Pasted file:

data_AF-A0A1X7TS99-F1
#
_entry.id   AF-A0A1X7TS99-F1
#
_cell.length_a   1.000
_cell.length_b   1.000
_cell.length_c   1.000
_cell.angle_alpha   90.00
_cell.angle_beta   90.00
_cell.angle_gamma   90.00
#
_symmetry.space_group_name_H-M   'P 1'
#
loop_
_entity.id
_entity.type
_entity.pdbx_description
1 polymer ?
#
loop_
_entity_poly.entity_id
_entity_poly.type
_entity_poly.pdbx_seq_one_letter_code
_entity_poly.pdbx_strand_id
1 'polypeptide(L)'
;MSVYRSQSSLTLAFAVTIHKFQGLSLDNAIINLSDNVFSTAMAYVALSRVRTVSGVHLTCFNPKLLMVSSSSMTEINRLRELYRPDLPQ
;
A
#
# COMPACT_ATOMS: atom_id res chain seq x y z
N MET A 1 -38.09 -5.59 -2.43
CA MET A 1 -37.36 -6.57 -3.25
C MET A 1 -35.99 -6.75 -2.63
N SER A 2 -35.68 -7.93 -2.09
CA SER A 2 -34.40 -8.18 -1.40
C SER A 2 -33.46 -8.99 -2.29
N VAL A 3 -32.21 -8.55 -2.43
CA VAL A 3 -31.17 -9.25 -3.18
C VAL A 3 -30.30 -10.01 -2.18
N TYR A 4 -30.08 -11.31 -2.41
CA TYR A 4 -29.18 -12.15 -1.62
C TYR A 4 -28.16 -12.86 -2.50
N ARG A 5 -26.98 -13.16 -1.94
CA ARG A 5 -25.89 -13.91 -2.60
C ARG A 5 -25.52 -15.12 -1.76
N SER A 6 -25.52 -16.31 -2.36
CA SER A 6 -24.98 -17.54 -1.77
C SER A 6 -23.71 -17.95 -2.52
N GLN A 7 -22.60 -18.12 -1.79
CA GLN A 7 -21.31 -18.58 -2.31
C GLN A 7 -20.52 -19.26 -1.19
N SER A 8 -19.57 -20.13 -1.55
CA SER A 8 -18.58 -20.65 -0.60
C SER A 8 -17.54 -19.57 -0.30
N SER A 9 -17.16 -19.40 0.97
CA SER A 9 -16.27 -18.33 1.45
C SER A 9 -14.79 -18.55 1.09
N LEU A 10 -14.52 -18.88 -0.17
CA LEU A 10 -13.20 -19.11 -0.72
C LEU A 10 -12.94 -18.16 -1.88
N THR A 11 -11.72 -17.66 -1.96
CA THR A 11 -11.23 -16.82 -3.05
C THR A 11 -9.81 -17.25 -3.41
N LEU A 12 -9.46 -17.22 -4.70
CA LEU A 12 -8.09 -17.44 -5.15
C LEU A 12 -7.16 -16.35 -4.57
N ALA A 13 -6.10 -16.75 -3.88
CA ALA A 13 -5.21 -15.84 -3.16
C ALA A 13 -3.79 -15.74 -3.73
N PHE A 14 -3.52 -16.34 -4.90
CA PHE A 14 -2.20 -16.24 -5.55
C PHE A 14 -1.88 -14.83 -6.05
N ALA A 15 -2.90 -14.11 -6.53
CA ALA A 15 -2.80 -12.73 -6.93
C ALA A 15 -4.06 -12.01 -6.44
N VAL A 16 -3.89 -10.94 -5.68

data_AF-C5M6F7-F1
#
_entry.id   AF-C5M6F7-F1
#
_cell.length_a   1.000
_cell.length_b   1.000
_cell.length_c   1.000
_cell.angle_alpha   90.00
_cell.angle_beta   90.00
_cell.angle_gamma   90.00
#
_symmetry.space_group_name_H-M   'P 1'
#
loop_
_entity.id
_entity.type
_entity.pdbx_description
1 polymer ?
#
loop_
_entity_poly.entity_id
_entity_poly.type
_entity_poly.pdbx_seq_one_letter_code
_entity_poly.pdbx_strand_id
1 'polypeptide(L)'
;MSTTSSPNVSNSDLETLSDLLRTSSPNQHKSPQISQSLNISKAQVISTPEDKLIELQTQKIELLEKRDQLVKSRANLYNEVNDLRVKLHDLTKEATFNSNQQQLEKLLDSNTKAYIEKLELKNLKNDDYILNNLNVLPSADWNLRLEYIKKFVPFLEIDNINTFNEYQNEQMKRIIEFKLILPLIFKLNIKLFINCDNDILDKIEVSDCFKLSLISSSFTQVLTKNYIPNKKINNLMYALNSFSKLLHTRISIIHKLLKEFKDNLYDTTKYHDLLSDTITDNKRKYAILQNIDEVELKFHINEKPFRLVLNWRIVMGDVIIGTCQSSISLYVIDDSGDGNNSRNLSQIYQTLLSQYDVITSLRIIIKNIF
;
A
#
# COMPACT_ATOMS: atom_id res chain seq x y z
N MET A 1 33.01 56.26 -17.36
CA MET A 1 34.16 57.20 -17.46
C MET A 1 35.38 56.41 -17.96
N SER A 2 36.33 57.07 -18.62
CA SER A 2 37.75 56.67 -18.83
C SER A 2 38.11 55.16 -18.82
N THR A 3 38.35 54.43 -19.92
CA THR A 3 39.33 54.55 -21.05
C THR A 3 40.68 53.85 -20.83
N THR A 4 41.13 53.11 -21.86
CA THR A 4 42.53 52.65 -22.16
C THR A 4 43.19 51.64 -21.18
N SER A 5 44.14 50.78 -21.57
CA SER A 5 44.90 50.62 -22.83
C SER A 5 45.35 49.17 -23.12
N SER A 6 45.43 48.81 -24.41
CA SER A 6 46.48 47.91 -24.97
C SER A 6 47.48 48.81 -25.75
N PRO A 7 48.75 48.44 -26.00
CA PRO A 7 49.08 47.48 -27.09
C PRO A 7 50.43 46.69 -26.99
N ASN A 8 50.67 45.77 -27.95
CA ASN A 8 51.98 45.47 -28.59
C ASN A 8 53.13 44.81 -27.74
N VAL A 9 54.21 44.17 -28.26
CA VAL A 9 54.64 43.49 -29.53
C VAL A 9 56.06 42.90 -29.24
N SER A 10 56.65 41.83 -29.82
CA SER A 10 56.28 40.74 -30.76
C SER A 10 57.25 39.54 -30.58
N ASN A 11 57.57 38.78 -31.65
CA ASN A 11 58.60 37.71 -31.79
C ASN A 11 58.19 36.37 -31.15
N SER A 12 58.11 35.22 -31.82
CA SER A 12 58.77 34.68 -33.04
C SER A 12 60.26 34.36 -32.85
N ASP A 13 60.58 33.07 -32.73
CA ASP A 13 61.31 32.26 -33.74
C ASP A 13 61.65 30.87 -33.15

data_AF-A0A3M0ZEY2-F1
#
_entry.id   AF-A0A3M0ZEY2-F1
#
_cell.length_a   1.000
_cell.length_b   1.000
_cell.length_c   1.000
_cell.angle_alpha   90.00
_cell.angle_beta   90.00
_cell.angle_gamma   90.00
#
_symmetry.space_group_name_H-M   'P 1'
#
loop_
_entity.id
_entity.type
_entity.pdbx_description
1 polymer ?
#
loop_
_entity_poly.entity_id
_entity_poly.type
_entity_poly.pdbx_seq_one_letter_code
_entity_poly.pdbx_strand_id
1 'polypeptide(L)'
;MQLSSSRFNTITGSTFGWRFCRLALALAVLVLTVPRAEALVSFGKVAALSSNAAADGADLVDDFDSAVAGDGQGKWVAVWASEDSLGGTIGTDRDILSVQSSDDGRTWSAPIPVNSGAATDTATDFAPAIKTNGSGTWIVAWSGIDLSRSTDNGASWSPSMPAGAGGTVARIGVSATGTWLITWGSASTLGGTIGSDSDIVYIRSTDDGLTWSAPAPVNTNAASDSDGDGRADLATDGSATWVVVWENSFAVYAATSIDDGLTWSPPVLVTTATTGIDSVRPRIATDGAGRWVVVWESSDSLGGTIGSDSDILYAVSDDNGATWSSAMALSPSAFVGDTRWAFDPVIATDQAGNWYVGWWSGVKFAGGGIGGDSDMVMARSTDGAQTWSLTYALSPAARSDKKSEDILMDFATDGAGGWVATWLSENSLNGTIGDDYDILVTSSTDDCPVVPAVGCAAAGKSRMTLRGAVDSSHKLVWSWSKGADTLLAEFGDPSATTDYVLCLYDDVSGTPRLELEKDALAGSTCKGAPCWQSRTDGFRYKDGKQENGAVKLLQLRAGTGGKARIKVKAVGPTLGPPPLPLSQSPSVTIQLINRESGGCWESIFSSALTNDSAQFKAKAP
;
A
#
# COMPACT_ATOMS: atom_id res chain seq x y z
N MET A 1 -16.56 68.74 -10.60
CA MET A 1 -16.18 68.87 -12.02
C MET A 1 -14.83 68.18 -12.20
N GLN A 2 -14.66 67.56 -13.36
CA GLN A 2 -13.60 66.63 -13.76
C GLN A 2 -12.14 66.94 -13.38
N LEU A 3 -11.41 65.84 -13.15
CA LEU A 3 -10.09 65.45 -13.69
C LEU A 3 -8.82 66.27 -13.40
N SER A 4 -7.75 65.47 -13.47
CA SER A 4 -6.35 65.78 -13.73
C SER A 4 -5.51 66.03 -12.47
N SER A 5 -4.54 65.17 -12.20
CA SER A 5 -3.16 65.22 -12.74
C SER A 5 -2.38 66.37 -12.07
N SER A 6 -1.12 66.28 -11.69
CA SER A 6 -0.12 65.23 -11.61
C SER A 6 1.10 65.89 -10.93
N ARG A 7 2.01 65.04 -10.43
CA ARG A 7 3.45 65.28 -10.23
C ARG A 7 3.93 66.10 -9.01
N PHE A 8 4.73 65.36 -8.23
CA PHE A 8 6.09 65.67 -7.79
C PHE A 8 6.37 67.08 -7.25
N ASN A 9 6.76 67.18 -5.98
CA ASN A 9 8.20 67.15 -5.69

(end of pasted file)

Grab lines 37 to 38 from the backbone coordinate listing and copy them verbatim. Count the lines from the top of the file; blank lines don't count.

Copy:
N VAL A 3 -32.21 -8.55 -2.43
CA VAL A 3 -31.17 -9.25 -3.18